S. Alsenaidi

University of Exeter (UNITED KINGDOM)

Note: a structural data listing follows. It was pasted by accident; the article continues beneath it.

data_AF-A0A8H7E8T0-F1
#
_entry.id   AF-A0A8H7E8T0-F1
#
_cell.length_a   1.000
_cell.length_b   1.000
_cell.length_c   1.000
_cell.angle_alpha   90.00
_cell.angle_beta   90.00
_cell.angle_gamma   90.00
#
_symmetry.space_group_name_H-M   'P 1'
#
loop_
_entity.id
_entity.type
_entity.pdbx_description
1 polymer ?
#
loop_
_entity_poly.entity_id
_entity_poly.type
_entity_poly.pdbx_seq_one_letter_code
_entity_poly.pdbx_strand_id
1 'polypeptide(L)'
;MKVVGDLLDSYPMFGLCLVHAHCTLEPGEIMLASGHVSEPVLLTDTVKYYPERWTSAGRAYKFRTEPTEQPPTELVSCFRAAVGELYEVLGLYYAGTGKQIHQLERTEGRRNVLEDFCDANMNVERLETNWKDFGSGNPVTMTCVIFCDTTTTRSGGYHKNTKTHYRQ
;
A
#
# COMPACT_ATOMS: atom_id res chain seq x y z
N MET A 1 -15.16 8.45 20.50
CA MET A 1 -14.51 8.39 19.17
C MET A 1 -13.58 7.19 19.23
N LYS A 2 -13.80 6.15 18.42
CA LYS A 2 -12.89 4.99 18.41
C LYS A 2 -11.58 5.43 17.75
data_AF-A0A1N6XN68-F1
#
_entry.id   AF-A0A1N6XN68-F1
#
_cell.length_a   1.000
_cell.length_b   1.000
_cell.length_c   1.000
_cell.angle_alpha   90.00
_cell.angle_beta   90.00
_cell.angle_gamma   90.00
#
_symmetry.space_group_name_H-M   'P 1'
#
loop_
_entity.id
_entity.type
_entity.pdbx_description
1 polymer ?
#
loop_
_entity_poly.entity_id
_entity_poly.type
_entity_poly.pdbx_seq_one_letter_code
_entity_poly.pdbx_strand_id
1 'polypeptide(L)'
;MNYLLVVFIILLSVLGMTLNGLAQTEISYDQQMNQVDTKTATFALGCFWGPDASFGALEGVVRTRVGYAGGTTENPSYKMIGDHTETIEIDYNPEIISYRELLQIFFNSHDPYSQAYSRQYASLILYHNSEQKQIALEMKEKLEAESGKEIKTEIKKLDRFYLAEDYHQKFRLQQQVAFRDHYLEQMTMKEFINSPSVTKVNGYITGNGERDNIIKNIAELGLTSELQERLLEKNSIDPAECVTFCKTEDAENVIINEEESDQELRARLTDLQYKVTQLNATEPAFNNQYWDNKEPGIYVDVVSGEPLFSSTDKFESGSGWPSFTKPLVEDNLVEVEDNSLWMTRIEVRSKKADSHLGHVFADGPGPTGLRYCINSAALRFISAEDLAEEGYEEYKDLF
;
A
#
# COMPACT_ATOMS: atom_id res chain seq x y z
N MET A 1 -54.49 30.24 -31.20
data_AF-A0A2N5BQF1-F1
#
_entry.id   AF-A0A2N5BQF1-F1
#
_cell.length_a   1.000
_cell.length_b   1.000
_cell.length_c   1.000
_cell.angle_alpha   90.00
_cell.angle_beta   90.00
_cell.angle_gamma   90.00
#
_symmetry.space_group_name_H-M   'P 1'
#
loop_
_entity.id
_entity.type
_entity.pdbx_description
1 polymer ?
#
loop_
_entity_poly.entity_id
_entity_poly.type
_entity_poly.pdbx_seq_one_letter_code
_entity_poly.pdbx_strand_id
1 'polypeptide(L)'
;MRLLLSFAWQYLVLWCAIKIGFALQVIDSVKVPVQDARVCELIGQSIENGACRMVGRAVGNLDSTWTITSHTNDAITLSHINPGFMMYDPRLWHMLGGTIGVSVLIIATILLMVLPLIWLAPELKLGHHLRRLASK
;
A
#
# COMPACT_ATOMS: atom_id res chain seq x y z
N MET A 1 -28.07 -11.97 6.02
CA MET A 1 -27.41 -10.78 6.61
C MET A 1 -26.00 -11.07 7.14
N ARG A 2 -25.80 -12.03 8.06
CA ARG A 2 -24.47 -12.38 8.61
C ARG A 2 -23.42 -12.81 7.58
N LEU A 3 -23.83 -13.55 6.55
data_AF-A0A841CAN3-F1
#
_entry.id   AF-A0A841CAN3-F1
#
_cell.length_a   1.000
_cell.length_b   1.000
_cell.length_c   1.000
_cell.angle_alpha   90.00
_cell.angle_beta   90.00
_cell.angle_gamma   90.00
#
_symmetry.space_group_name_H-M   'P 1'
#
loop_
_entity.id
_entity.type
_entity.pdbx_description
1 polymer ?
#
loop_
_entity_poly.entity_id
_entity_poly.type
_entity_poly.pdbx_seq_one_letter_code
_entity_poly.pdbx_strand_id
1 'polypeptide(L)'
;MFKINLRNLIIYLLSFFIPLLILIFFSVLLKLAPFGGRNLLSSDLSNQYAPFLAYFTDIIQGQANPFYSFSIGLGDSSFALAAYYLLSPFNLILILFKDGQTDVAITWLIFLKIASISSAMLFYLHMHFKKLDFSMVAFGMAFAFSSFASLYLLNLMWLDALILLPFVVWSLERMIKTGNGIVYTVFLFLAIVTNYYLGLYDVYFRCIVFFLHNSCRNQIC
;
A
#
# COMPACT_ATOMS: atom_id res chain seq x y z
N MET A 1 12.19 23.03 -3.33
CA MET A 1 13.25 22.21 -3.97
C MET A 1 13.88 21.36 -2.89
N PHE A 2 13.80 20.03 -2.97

This study explores the use of electronic brainstorming in classrooms in primary schools in Saudi Arabia. It involves students in primary school who used computers in their Islamic Education lessons. The main aim of my study is to explore the students’ interest in Islamic Education curriculums in primary school in Saudi Arabia, to improve their creativity skills through electronic brainstorming and to investigate the influence of pedagogical affordance of the electronic brainstorming method on classroom activity. To this end, I compared three groups, electronic brainstorming (EBS), verbal brainstorming (VBS) and the traditional method (T), in different classrooms and with different teachers. The data collection methods used in this study mainly pre-test and post-test (using the Torrance test, TTCT, to measure students’ creativity skills), classroom and forum online observations of the students’ social interaction and contribution to their lessons and teacher and the student interviews. The sample consisted of 61 primary school students aged between 11 and 12 years old and 3 Islamic Education teachers. The study took place in a classroom within the students' primary school in Saudi Arabia, and lasted around three months. Hence, the interview and observation findings indicated the EBS methods were superiority for other. All three teaching methods resulted in statistically significant improvement in fluency and total scores on the TTCT test. However, the fluency, flexibility, originality and total scores showed statistically greater improvements in the EBS group than in the Traditional group or VBS group.